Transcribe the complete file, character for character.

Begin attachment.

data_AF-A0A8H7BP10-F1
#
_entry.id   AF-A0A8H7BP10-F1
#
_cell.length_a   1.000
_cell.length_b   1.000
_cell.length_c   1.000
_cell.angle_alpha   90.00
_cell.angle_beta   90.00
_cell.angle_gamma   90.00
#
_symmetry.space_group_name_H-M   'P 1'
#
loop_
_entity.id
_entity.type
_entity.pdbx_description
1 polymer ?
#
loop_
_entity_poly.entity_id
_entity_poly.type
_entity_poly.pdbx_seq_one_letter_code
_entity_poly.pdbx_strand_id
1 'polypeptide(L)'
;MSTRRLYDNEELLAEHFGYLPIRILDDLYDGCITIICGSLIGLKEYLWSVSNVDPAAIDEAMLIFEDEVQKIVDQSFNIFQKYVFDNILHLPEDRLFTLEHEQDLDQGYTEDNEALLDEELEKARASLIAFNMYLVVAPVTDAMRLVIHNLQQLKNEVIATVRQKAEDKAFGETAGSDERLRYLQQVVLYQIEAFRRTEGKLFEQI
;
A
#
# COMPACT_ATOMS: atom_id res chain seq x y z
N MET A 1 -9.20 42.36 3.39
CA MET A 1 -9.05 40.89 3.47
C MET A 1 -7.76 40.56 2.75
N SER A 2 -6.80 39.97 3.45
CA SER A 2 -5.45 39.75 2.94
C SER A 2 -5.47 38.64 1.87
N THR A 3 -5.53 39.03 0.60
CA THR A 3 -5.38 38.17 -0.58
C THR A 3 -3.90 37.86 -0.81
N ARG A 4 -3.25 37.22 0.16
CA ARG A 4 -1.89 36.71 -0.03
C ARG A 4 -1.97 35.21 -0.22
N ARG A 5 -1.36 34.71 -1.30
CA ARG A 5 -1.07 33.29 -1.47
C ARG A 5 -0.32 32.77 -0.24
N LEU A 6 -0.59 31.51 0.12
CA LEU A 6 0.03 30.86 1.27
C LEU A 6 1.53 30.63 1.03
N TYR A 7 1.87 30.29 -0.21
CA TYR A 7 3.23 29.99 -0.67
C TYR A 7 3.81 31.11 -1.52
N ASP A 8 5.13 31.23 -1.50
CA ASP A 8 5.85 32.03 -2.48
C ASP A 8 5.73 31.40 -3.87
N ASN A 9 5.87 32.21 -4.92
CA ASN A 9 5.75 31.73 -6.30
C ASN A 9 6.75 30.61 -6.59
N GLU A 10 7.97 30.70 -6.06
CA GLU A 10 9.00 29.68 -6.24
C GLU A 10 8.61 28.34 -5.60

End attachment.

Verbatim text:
data_AF-A0A8H7BP10-F1
#
_entry.id   AF-A0A8H7BP10-F1
#
_cell.length_a   1.000
_cell.length_b   1.000
_cell.length_c   1.000
_cell.angle_alpha   90.00
_cell.angle_beta   90.00
_cell.angle_gamma   90.00
#
_symmetry.space_group_name_H-M   'P 1'
#
loop_
_entity.id
_entity.type
_entity.pdbx_description
1 polymer ?
#
loop_
_entity_poly.entity_id
_entity_poly.type
_entity_poly.pdbx_seq_one_letter_code
_entity_poly.pdbx_strand_id
1 'polypeptide(L)'
;MSTRRLYDNEELLAEHFGYLPIRILDDLYDGCITIICGSLIGLKEYLWSVSNVDPAAIDEAMLIFEDEVQKIVDQSFNIFQKYVFDNILHLPEDRLFTLEHEQDLDQGYTEDNEALLDEELEKARASLIAFNMYLVVAPVTDAMRLVIHNLQQLKNEVIATVRQKAEDKAFGETAGSDERLRYLQQVVLYQIEAFRRTEGKLFEQI
;
A
#
# COMPACT_ATOMS: atom_id res chain seq x y z
N MET A 1 -9.20 42.36 3.39
CA MET A 1 -9.05 40.89 3.47
C MET A 1 -7.76 40.56 2.75
N SER A 2 -6.80 39.97 3.45
CA SER A 2 -5.45 39.75 2.94
C SER A 2 -5.47 38.64 1.87
N THR A 3 -5.53 39.03 0.60
CA THR A 3 -5.38 38.17 -0.58
C THR A 3 -3.90 37.86 -0.81
N ARG A 4 -3.25 37.22 0.16
CA ARG A 4 -1.89 36.71 -0.03
C ARG A 4 -1.97 35.21 -0.22
N ARG A 5 -1.36 34.71 -1.30
CA ARG A 5 -1.07 33.29 -1.47
C ARG A 5 -0.32 32.77 -0.24
N LEU A 6 -0.59 31.51 0.12
CA LEU A 6 0.03 30.86 1.27
C LEU A 6 1.53 30.63 1.03
N TYR A 7 1.87 30.29 -0.21
CA TYR A 7 3.23 29.99 -0.67
C TYR A 7 3.81 31.11 -1.52
N ASP A 8 5.13 31.23 -1.50
CA ASP A 8 5.85 32.03 -2.48
C ASP A 8 5.73 31.40 -3.87
N ASN A 9 5.87 32.21 -4.92
CA ASN A 9 5.75 31.73 -6.30
C ASN A 9 6.75 30.61 -6.59
N GLU A 10 7.97 30.70 -6.06
CA GLU A 10 9.00 29.68 -6.24
C GLU A 10 8.61 28.34 -5.60